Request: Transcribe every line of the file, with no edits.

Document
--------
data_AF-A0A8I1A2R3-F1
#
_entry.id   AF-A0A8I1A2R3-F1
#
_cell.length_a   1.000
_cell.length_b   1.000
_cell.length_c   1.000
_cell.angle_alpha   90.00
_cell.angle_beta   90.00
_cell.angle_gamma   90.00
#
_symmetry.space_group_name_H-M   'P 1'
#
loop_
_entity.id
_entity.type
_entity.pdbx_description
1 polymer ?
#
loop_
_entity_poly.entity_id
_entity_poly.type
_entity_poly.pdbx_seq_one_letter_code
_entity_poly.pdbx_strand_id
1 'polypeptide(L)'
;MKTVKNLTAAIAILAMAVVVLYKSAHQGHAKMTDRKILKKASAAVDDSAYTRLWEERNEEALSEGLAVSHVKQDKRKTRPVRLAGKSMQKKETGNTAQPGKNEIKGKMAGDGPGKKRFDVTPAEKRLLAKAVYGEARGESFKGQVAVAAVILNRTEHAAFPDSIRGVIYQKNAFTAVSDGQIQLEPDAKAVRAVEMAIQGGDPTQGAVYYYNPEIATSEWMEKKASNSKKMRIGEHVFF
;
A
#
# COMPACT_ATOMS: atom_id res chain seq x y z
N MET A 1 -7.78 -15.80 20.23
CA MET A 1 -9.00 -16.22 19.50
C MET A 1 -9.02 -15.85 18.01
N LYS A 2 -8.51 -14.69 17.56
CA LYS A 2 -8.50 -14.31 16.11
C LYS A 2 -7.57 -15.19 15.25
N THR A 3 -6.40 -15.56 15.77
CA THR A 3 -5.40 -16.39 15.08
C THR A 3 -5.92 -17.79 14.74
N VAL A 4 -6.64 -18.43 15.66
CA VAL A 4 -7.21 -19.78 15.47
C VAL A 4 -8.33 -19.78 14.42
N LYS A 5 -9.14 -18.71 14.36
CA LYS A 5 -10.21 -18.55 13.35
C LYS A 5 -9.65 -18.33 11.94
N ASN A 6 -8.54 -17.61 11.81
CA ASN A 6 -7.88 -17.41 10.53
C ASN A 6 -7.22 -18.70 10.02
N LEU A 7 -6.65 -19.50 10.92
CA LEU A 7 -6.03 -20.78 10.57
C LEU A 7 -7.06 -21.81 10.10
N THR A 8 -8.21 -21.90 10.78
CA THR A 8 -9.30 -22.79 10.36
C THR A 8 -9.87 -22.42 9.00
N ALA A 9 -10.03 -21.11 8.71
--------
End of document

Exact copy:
data_AF-A0A8I1A2R3-F1
#
_entry.id   AF-A0A8I1A2R3-F1
#
_cell.length_a   1.000
_cell.length_b   1.000
_cell.length_c   1.000
_cell.angle_alpha   90.00
_cell.angle_beta   90.00
_cell.angle_gamma   90.00
#
_symmetry.space_group_name_H-M   'P 1'
#
loop_
_entity.id
_entity.type
_entity.pdbx_description
1 polymer ?
#
loop_
_entity_poly.entity_id
_entity_poly.type
_entity_poly.pdbx_seq_one_letter_code
_entity_poly.pdbx_strand_id
1 'polypeptide(L)'
;MKTVKNLTAAIAILAMAVVVLYKSAHQGHAKMTDRKILKKASAAVDDSAYTRLWEERNEEALSEGLAVSHVKQDKRKTRPVRLAGKSMQKKETGNTAQPGKNEIKGKMAGDGPGKKRFDVTPAEKRLLAKAVYGEARGESFKGQVAVAAVILNRTEHAAFPDSIRGVIYQKNAFTAVSDGQIQLEPDAKAVRAVEMAIQGGDPTQGAVYYYNPEIATSEWMEKKASNSKKMRIGEHVFF
;
A
#
# COMPACT_ATOMS: atom_id res chain seq x y z
N MET A 1 -7.78 -15.80 20.23
CA MET A 1 -9.00 -16.22 19.50
C MET A 1 -9.02 -15.85 18.01
N LYS A 2 -8.51 -14.69 17.56
CA LYS A 2 -8.50 -14.31 16.11
C LYS A 2 -7.57 -15.19 15.25
N THR A 3 -6.40 -15.56 15.77
CA THR A 3 -5.40 -16.39 15.08
C THR A 3 -5.92 -17.79 14.74
N VAL A 4 -6.64 -18.43 15.66
CA VAL A 4 -7.21 -19.78 15.47
C VAL A 4 -8.33 -19.78 14.42
N LYS A 5 -9.14 -18.71 14.36
CA LYS A 5 -10.21 -18.55 13.35
C LYS A 5 -9.65 -18.33 11.94
N ASN A 6 -8.54 -17.61 11.81
CA ASN A 6 -7.88 -17.41 10.53
C ASN A 6 -7.22 -18.70 10.02
N LEU A 7 -6.65 -19.50 10.92
CA LEU A 7 -6.03 -20.78 10.57
C LEU A 7 -7.06 -21.81 10.10
N THR A 8 -8.21 -21.90 10.78
CA THR A 8 -9.30 -22.79 10.36
C THR A 8 -9.87 -22.42 9.00
N ALA A 9 -10.03 -21.11 8.71